Page 553
Previous/Next Page
Federation and MeteorologyBureau of Meteorology
Table of Contents

Memories of the Bureau of Meteorology


Memories of the Bureau of Meteorology 1929–1946 by Allan Cornish

History of Major Meteorological Installation in Australia from 1945 to 1981 by Reg Stout
Major Installation Projects Involving Reg Stout

Four Years in the RAAF Meteorological Service by Keith Swan

The Bureau of Meteorology in Papua New Guinea in the 1950s by Col Glendinning


Contact us
History of Major Meteorological Installation in Australia from 1945 to 1981 by Reg Stout (continued)

Everything looked a goer for the bomb to be tested. This was the sixth attempt. Henry woke me at 4.00 am—the radar had a fault. I got it going and the information was given to Henry Phillpot. Sir William Penny and the Safety Committee agreed conditions were first class. Off went the bomb and I went home.

Another memorable occasion was a visit to Darwin with Ralph de la Lande two days after Cyclone Tracy had devastated that city. We sat at the conference table with a large party of important people. I was taken aback by the Director of Works who said that the wind velocity was inaccurate because the Dines mast and hut in centre of airport was blown away. I excused myself and quoted from a letter and drawings I had prepared three months before Tracy's visit for the hut to be a concrete structure and the tower to be modified. The Director called for the file (Ralph said 'are you sure?'). I replied 'yes, everything is OK'. Well the file arrived and we found the letter. The Director of Works apologised. He asked what exactly was required and in one week after Tracy a concrete hut was up and a stronger tower constructed. Met stations in the cyclone area from Western Australia to North Queensland received the same treatment.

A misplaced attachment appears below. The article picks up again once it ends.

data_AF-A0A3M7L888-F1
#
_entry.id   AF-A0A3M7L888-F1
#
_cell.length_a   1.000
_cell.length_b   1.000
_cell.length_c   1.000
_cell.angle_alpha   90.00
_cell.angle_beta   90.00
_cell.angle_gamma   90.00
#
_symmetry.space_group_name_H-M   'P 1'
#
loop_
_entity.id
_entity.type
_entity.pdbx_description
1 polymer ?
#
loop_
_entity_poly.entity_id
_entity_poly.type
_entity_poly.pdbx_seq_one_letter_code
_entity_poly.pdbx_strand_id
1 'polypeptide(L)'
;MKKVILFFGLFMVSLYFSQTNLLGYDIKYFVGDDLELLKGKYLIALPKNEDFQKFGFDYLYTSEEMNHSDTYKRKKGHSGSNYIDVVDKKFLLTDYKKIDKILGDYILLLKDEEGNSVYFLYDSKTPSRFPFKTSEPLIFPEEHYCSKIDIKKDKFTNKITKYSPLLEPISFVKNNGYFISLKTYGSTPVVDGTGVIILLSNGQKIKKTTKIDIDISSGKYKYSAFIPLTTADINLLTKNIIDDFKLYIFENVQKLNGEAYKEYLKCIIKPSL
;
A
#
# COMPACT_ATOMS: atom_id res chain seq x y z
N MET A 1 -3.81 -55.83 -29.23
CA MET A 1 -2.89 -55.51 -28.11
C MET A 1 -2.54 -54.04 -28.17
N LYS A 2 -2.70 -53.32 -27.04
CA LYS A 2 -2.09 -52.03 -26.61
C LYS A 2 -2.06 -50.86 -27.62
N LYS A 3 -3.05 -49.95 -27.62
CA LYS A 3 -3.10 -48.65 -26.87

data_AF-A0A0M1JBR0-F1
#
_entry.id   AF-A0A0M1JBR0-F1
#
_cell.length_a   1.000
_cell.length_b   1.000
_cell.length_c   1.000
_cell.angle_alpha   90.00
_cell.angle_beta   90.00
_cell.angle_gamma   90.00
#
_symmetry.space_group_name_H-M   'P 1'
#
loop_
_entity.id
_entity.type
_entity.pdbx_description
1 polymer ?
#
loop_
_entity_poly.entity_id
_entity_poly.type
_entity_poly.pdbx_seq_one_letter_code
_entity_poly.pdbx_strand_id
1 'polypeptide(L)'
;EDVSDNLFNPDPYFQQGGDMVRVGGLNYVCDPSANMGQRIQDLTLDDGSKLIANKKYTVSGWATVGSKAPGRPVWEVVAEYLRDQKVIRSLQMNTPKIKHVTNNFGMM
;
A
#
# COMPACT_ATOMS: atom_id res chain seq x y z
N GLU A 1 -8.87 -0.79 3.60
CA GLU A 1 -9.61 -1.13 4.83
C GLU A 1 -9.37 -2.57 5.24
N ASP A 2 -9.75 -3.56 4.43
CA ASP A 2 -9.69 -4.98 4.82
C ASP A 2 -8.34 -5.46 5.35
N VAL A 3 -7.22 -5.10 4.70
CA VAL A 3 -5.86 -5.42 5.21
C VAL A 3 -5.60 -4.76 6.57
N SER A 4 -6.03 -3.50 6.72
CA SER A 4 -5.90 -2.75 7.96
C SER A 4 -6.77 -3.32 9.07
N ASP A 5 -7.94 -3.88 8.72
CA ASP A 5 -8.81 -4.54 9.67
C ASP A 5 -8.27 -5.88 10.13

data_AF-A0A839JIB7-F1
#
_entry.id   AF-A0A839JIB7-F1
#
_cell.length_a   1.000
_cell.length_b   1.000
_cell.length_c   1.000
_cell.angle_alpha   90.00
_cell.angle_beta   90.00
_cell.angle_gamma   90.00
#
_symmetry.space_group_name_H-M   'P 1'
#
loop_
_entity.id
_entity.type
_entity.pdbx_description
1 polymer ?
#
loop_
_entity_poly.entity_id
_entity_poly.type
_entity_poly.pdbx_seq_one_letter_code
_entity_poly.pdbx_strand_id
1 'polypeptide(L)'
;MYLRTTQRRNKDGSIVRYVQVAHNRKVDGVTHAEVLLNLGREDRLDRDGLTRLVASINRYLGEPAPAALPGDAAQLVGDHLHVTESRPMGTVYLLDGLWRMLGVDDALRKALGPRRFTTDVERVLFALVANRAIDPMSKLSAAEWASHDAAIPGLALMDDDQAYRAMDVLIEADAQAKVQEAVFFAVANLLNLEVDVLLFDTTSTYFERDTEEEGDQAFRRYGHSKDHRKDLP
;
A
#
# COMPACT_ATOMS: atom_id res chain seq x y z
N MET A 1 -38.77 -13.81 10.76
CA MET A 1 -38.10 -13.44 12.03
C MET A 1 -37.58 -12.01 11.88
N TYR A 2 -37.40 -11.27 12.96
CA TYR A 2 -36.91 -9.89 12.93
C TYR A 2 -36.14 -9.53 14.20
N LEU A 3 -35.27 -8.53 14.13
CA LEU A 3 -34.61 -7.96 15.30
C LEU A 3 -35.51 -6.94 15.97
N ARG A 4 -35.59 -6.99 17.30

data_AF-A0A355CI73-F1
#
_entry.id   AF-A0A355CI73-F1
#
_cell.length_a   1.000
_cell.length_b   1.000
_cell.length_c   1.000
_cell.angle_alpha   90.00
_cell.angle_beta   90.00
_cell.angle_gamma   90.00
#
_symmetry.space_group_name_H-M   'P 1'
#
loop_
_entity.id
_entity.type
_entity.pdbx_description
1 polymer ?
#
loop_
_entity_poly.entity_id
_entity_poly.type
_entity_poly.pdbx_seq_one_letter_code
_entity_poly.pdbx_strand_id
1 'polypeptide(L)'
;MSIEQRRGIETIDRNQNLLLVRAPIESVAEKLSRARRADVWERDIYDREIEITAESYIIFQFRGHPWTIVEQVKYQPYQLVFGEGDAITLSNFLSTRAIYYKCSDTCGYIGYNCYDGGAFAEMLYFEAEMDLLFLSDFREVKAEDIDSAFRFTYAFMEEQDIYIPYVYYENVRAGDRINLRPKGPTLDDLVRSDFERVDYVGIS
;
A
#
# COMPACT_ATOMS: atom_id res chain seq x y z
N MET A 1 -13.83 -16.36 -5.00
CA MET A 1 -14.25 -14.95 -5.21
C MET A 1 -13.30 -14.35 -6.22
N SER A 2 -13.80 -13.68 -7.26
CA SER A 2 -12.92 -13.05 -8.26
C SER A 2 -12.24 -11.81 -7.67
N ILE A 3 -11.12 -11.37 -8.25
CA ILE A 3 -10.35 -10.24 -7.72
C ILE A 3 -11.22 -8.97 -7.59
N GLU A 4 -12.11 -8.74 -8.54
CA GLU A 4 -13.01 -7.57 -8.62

Another interesting exercise in which I was involved was planning of and participation in the first Moving Ships Project. We sailed from Perth to Port Elizabeth, in South Africa. Down to Cape Town, then up to Durban, where we stopped for three weeks to paint the ship. On to Mozambique and Beira. Down past Madagascar and around the bottom of Australia. Up to Gisborne in New Zealand after which I flew home to Australia.

Stout during Moving Ships Project

Reg Stout with the captain of Port Montreal during the Moving Ships Project.

I was away for over four months and did four flights in 24 hours up to 100,000 feet each day. The information was important because much of our weather comes from west to east across the Indian Ocean. The soundings were very valuable for our research—Meteorologist Sid Owens and I battled some rough seas around Madagascar, getting out of bed at 2.00 am in howling gales. It took some getting used to launching the balloon, and the transmitter also was a problem. We were kept so busy we never suffered sea sickness. When the ship was pitching and rolling it was an accomplishment to even draw two parallel lines, and writing of reports and recording data was extremely difficult with personal belongings and instruments flying all around the cabin.

The trip had been a huge success and Sid and myself felt it was a tremendous experience. Projects of this type were part of an international scheme endorsed by the World Meteorological Organization.

People in Bright Sparcs - de la Lande, Ralph; Phillpot, Henry Robert; Stout, Reginald William (Reg)

Previous Page Bureau of Meteorology Next Page

Cornish, A., Stout, R., Swan, K and Glendinning, C. 1996 'Memories of the Bureau of Meteorology', Metarch Papers, No. 8 February 1996, Bureau of Meteorology

© Online Edition Australian Science and Technology Heritage Centre and Bureau of Meteorology 2001
Published by Australian Science and Technology Heritage Centre, using the Web Academic Resource Publisher